Freddie Mac Lawyers Step Up to Represent Immigrants

Although some in-house lawyers gravitate toward discrete, time-limited pro bono opportunities, there are long-term engagements that in-house counsel have engaged in with great success.  Immigration is one area, for instance, in which in-house attorneys have effectively provided longer term pro bono services.   Attorneys at Freddie Mac**have been working on immigration cases as part of their pro bono program for three and a half years. Freddie Mac exemplifies a legal department that has successfully sustained its long-term representation of immigrant detainees.  With the current climate of heightened interest in immigration issues, and the critical need for lawyers to assist detained families, we invited Bob Lawrence, Associate General Counsel at Freddie Mac, to share his legal department’s experience representing more than a dozen detained clients seeking immigration relief.


Since 2014, lawyers and non-lawyers in Freddie Mac’s Legal Division have successfully represented detained immigrants in thirteen removal cases before the U.S. Immigration Court.  These cases were referred to Freddie Mac by the Capital Area Immigrants’ Rights (“CAIR”) Coalition, the only local non-profit that serves the detained immigrant population in the D.C. metropolitan area.  CAIR Coalition made a presentation at Freddie Mac in 2014, which started the relationship.  Among other things, CAIR Coalition familiarizes immigrants with their legal rights and the Immigration Court process, represents indigent immigrants in court, and engages in advocacy work for the cause of detained immigrants.  Each year, CAIR Coalition also provides much-needed legal services to over 500 detained immigrant children in Virginia and Maryland.  To serve so many clients, CAIR partners with pro bono attorneys who take on cases under the guidance of a CAIR mentor.

Freddie Mac volunteers have handled nine cases on their own, proving that in-house legal departments can in fact provide immigrants with pro bono representation in removal cases.  The Freddie Mac teams usually consist of two lead lawyers with two or three support personnel.  In addition, other lawyers and support staff members conduct “spot” assignments, such as tracking down country condition reports or preparing FOIA requests.  An employee fluent in Spanish is also a must for cases involving Spanish-speaking clients.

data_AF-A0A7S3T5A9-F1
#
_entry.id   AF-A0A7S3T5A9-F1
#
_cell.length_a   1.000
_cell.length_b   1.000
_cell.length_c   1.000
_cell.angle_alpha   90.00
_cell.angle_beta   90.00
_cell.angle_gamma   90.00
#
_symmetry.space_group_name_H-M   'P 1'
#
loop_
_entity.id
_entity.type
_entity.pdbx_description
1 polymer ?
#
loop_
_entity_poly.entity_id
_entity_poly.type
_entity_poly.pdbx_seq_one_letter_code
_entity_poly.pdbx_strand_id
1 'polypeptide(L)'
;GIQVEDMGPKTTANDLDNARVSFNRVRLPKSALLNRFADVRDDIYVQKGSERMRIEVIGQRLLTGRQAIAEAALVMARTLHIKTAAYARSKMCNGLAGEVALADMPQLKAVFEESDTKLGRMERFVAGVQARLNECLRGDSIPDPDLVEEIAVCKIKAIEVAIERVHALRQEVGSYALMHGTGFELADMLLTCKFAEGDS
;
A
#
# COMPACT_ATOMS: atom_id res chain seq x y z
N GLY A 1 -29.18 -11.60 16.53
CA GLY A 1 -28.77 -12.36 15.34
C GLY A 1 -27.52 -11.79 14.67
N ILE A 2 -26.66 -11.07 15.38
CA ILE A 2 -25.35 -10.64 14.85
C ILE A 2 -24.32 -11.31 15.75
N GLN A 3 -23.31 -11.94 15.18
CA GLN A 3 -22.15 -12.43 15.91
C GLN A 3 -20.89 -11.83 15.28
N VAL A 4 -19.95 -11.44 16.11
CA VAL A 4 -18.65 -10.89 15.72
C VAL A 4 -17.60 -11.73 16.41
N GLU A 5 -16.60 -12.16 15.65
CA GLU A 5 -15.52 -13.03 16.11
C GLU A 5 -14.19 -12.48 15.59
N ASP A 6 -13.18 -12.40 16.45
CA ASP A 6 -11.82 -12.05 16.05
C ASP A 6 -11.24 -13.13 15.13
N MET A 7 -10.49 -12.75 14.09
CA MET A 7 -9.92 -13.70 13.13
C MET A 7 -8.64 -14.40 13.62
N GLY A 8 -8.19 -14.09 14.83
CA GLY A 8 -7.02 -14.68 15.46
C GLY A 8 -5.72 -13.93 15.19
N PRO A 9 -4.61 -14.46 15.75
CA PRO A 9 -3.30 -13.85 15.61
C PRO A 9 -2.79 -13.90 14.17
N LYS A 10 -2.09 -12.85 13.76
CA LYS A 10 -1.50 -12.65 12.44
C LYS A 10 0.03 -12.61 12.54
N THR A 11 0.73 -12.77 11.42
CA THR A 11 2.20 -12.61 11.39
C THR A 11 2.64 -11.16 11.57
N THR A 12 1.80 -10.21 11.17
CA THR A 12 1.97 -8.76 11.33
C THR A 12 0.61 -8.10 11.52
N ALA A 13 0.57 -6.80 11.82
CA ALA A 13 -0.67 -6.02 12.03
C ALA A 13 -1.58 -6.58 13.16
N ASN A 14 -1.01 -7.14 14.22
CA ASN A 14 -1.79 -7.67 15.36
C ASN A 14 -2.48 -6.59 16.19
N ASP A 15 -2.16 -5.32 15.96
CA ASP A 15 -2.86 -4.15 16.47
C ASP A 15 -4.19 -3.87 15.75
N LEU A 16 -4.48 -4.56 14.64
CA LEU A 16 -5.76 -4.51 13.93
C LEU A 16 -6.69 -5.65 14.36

In all 10 cases that Freddie Mac has seen through trial, the immigration court granted our clients asylum or other relief from removal, which gave these individuals legal status to live and work in the United States.  In two other removal cases, Freddie Mac lawyers convinced the immigration court to dismiss the case on legal grounds before trial and successfully represented an immigrant in a bond hearing.  Currently, we are representing a 15-year-old boy from El Salvador who is seeking a special immigrant juvenile visa, which would allow the boy to reunite with his mother in the U.S.

Freddie Mac’s successful outcomes have helped detained immigrants from several countries attain safety and a path to citizenship in the United States.  For example, in one of our cases, the immigration court granted asylum to a 19-year-old green card holder who had fled Eritrea with his father when he was 13, finding that the Eritrean government would have tortured or killed him because of his father’s prior political activity.  In another case, the court granted asylum to a Honduran taxi driver who had been extorted and kidnapped by gangs for over 16 years before fleeing with his wife and nine-year-old daughter.

We also successfully represented a Ghanian man who suffered from schizophrenia and faced persecution if deported to his home country.  In addition, we worked with a gay man from El Salvador who was granted asylum because gangs would have tortured or killed him on account of his sexual orientation had he been returned to El Salvador.  In this matter, the court granted derivative asylum to our client’s son.

We are proud of our partnership with CAIR Coalition and our work on behalf of detained immigrants.  It is but one of several Freddie Mac pro bono and community service partnerships – others include Legal Services of Northern Virginia (LSNV), Fairfax Court Appointed Special Advocates (CASA), Whitman Walker Health, Tahirih Justice Center, Operation Renewed Hope Foundation (ORHF), Children’s Law Center, and Capital Area Food Bank (CAFB) – ensuring that all Freddie Mac attorneys can find a pro bono opportunity that is a good match for their interests and preferred time commitment.

**denotes a Corporate Pro Bono Challenge® signatory

Special thanks to Bob Lawrence for his contribution to this post.